Would you believe I went to a quilting museum?  The International Quilt Study Center and Museum, in Lincoln, Nebraska.  The building is supposed to represent the layers in a quilt, the bricks in the walls are in quilting patterns, and even the landscaping is arranged in quilt-like patterns.

A long time ago, quilts were made from scrap cloth that the owner was reluctant to throw out.  Cloth was expensive, and one didn’t want to waste it.  So these everyday, ordinary scraps were turned into something useful, even beautiful.  After cloth became more affordable, fancier quilts were made with new material and colorful imaginative patterns.

I have decided we all are quilt makers.  Our personalities are composed of thousands of scraps, memories, of life events.  Some we are stuck with, but for the most part we choose which scraps we want to feature prominently and which we choose to downplay. Our choices, whether we do it consciously or not, color our lives.

So here are some quilts…

The first one told me this museum would be more interesting than I’d been afraid it might be.  It was made entirely of pencils!  New, old, long, short, fancy, plain, ordinary and beautiful.  Fun to look at and maybe adds to my view of everyone’s life being a quilt…


I’ve always liked these mosaic type images inside images, and here it is in a quilt.

After a few modern quilts, as above, most were from the mid 1800’s.


In the early 1800’s they started using Cadmium as a dye for cloth, making the bright orange color very popular for quilters.  These “Cheddar Quilts” featured lots of bright oranges, and were bolder and more interesting than had been possible with the vegetable dyes previously available. They were all the rage until the 1870’s when synthetic dyes made other vibrant colors available.  Cherryl particularly liked the one below, circa 1890, a pattern called “Around the World”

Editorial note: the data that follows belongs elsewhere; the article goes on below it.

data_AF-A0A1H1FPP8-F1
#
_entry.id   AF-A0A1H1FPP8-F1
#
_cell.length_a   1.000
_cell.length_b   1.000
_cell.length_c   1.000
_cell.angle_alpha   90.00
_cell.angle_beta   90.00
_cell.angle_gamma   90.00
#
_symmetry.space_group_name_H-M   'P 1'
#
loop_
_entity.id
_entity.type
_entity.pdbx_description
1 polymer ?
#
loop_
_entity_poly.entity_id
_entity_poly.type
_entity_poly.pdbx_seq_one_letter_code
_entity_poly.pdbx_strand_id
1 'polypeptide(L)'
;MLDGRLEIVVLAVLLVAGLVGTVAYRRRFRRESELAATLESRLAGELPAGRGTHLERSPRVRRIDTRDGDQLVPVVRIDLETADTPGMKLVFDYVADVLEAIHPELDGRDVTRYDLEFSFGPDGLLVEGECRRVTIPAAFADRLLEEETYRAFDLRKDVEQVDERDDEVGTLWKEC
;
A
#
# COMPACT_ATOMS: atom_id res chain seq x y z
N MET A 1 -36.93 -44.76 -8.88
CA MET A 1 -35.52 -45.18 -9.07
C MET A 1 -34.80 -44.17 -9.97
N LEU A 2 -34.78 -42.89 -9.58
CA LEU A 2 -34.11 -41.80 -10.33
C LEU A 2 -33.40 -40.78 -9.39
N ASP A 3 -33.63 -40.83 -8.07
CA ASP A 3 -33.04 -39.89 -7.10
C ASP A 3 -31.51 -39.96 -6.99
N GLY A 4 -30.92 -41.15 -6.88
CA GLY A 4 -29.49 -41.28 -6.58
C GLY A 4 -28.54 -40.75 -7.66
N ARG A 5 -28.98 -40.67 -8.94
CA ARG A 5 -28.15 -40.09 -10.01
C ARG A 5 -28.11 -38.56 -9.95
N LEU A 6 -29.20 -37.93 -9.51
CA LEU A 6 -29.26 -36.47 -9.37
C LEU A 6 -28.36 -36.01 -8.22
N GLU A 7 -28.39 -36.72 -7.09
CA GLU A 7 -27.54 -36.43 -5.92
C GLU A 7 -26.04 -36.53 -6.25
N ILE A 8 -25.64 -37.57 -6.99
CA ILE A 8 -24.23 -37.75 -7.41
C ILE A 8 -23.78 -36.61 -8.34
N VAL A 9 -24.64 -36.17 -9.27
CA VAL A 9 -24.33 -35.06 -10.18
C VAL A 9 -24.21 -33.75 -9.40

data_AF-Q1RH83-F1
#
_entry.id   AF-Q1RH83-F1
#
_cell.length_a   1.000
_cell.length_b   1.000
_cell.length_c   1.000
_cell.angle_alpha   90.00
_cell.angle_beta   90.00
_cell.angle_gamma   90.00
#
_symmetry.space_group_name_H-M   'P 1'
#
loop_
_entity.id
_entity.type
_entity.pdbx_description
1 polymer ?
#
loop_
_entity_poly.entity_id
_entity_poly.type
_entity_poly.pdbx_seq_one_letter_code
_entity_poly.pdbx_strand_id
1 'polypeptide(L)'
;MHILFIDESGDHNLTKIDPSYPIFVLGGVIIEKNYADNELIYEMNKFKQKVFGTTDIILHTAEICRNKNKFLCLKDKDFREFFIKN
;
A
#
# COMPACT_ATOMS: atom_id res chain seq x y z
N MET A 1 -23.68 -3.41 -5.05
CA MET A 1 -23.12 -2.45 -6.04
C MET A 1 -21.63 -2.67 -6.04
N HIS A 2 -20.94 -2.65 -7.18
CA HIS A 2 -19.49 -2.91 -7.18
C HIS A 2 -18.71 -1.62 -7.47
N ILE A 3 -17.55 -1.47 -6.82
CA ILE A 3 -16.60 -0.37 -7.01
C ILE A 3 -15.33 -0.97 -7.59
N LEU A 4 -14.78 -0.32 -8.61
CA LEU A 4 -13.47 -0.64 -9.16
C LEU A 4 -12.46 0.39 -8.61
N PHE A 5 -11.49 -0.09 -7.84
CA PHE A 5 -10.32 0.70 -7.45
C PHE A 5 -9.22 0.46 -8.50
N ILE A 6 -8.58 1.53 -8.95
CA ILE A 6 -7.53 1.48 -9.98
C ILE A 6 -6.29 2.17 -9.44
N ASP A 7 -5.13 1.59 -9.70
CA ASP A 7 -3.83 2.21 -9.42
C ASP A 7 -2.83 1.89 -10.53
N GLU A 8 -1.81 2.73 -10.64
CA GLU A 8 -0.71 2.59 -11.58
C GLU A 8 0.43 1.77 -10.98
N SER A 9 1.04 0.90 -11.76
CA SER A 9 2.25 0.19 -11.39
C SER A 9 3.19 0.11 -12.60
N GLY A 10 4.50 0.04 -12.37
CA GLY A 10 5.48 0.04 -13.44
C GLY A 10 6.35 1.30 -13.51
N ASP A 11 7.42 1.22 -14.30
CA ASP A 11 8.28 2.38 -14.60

There were also little quilts for doll beds…

In the 1800’s many quilt makers were women, who did not have the right to vote, and expressed their political views in their quiltings.



On our morning walk, Cherryl and I saw a garage door open revealing an interesting old car.  The owner was cleaning the gutters of his house, so I asked him to tell me about his car.  Cherryl knew what was going to take place, and decided to continue with her exercise walk while I exercised my ability to talk cars with perfect strangers.  He told me it was a 1940 Buick Super, straight 8, all original except for a new paint job.  It was bought new by his wife’s grandfather, and has been in the family since then.  Beautiful!

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Another museum that is more in tune with my usual interests is the Speedway Motors Museum of American Speed.  If you don’t like pictures of beautiful or interesting or rare old cars you might as well skip over the next bit…

The first area had lots of what I called midget racers and dirt track cars.  Many of these were from the 40’s or 50’s… I’m not so interested in them, so you don’t get too many pictures.  But they were beautifully presented!

A lot of amazing engines on display…

Now we got to the good stuff!  The Corvette and I share a birthday, so I have a special bond with them… So this is one as old as I am!

The more well seasoned of my readers may remember the name Hedy Lamarr.  I knew she was a gorgeous actress from the 50’s, but didn’t know that much about her.  She was born in Austria, and married a Nazi sympathizer who sold armaments to Hitler.  She grew to hate the Nazis and Hitler and her husband, divorced and moved to the states.  She was very brainy as well as beautiful, and she and another guy created a torpedo guidance system that was used by our navy.

More relevant to this museum, she purchased a 1958 Cadillac Sixty Special from a dealer in Hollywood, coincidentally the same day that Clark Gable bought one.  Her car is displayed here in perfect condition.